Tocopherols and tocotrienols, molecules consist of a hydrophobic prenyl group that penetrates the cell membrane and a polar chromanol ring on the surface of the cell membrane, play key roles in protecting cellular membrane and are involved in various physiological and biochemical functions of the skin (e.g reduces the harmful collagen-destroying enzyme collagenase, inhibits tyrosinase, and also reduces skin roughness and the depth of wrinkles) [1,4].
Alkaloids are nitrogen-containing compounds found particularly in plants, which show diverse pharmaceutical activities. Because of the multi-direction properties, including antimicrobial (berberine, spilanthol), antioxidant (caffeine, berberine, spilanthol, capsaicin), anti-inflammatory (anatabine and piperine) or protecting against the harmful effects of UV (caffeine), these compounds can be used in the production of cosmetics and pharmaceutics [1,5].
Saponins, belonging to the group of non-volatile, high molecular weight compounds, may exhibit anticancer, antioxidant, anti-inflammatory or blood pressure-regulating properties. Steroid and triterpene sapogenins can have many differently located functional groups (hydroxyl, carboxyl, methyl), which enhances their differentiation. In the production of pharmaceutic and cosmetic preparations, both plant extracts and isolated single saponin compounds are used as active ingredients and as auxiliary substances [1,3,5].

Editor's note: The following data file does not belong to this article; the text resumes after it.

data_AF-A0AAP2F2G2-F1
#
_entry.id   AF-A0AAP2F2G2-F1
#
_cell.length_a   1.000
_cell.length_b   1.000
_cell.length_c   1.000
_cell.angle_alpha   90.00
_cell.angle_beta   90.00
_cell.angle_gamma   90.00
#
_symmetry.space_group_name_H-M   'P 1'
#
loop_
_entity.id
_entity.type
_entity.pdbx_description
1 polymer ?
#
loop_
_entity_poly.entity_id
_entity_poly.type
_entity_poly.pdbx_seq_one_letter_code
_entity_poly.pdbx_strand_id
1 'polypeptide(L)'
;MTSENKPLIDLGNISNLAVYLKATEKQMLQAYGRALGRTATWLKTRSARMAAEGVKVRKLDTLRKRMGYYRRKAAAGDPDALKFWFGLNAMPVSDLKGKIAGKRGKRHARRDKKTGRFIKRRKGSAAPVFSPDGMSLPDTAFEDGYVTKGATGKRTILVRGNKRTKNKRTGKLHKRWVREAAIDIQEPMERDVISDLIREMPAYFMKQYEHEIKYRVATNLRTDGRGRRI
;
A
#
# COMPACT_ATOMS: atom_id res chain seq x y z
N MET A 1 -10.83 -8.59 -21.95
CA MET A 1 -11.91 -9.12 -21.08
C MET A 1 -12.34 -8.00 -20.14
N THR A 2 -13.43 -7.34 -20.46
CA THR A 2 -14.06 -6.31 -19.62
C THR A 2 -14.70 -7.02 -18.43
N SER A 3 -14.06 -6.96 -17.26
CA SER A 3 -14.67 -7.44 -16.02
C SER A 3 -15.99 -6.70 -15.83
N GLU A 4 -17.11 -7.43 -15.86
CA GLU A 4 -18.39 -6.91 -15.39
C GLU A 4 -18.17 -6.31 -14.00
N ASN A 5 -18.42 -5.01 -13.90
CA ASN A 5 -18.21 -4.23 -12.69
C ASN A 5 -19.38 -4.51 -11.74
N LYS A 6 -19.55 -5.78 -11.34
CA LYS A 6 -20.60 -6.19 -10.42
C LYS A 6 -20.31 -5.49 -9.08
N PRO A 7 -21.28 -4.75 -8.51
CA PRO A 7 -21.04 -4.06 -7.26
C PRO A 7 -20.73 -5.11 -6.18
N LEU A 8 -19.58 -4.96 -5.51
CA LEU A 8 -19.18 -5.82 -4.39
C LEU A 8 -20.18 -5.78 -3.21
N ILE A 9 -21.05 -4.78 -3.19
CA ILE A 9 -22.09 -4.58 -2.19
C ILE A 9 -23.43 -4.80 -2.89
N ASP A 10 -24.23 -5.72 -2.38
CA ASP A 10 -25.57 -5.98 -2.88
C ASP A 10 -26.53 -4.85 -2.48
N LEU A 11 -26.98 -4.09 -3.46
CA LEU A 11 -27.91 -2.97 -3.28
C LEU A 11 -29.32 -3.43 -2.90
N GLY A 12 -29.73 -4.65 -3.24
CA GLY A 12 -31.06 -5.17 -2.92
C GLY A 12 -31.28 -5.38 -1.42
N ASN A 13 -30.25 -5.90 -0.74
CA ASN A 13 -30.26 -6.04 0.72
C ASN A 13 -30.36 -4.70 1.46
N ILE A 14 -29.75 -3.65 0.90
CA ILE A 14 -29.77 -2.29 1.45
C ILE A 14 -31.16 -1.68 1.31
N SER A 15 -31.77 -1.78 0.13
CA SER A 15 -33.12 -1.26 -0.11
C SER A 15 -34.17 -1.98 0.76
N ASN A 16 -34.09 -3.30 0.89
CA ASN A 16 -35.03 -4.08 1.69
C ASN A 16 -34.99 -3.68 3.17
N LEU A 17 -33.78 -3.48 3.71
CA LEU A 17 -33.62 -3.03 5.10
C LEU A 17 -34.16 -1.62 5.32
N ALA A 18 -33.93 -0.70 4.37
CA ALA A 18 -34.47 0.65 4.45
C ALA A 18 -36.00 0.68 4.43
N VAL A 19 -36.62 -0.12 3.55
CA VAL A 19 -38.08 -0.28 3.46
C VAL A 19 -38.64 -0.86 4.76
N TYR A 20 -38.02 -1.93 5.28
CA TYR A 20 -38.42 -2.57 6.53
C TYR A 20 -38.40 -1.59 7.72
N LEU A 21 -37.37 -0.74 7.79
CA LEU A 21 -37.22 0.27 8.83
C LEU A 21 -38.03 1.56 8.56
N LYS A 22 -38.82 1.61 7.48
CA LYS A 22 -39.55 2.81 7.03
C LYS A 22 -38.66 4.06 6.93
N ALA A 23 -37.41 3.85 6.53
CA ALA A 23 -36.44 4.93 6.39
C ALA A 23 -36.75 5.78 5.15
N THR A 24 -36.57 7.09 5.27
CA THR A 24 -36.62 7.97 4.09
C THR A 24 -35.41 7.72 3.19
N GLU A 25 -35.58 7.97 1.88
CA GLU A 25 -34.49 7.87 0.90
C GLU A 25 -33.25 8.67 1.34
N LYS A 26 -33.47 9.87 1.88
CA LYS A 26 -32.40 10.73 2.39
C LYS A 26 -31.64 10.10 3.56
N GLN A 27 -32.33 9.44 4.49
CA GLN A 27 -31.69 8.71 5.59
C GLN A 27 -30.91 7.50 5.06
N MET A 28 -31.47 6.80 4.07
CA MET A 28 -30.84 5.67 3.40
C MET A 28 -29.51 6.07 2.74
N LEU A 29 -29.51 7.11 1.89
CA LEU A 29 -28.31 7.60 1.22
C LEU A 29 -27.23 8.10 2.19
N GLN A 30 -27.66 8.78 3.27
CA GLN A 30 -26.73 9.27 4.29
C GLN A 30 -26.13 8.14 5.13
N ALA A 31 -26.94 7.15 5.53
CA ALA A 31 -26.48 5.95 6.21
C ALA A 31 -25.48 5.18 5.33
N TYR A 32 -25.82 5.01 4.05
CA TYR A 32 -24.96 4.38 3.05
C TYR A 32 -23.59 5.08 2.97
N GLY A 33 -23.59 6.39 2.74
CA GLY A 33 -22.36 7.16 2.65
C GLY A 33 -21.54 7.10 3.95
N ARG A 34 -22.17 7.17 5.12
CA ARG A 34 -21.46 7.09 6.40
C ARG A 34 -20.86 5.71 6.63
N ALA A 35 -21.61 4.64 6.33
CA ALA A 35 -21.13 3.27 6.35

Phytosterols (e.g. β-sitosterol, campesterol, stigmasterol, brassicasterol,) representing a diverse group of triterpenes, have significant roles in pharmaceuticals and cosmetics. These compounds are essential components of the cell membrane lipid bilayer. Such health-promoting effects of phytosterols as anticancer, antioxidative, anti-inflammatory, and antibacterial have been reported [1,5].
Essential oils are very complex mixtures of low molecular weight volatile compounds. Structurally, the chemical constituents of EOs can be classified into terpenes (compounds with simple hydrocarbon structures, e.g. pinene, myrcene, limonene, terpinene, p-cymene), terpenoids (oxygen-containing hydrocarbons, e.g. linalool, geraniol, thymol, carvone), phenylpropanoids (aromatic compounds, e.g. anethole, cinnamaldehyde, eugenol, isoeugenol, myristicin, safrole) and other constituents (e.g. derivatives of amino acids, polyketides, lipids, and sulfur derivatives). Among all chemical components, terpenes and terpenoids have been reported to play key roles in human health. Essential oils and their components are valued for their antiseptic, antimicrobial, antifungal, anti-inflammatory, immunostimulating, antioxidant, as well as anti-skin-ageing and tissue remodelling properties .
An important issue and main challenge for the pharmaceutical and cosmetic industries is to develop convenient, efficient and ecological methods for bioactive chemicals extraction and isolation from various plant sources. Technological progress in medicinal chemistry has already allowed the discovery of many plant-derived bioactive molecules. Undoubtedly, further research is needed to discover new molecules and their potential use in topical products as skin care and treatment agents [2,5].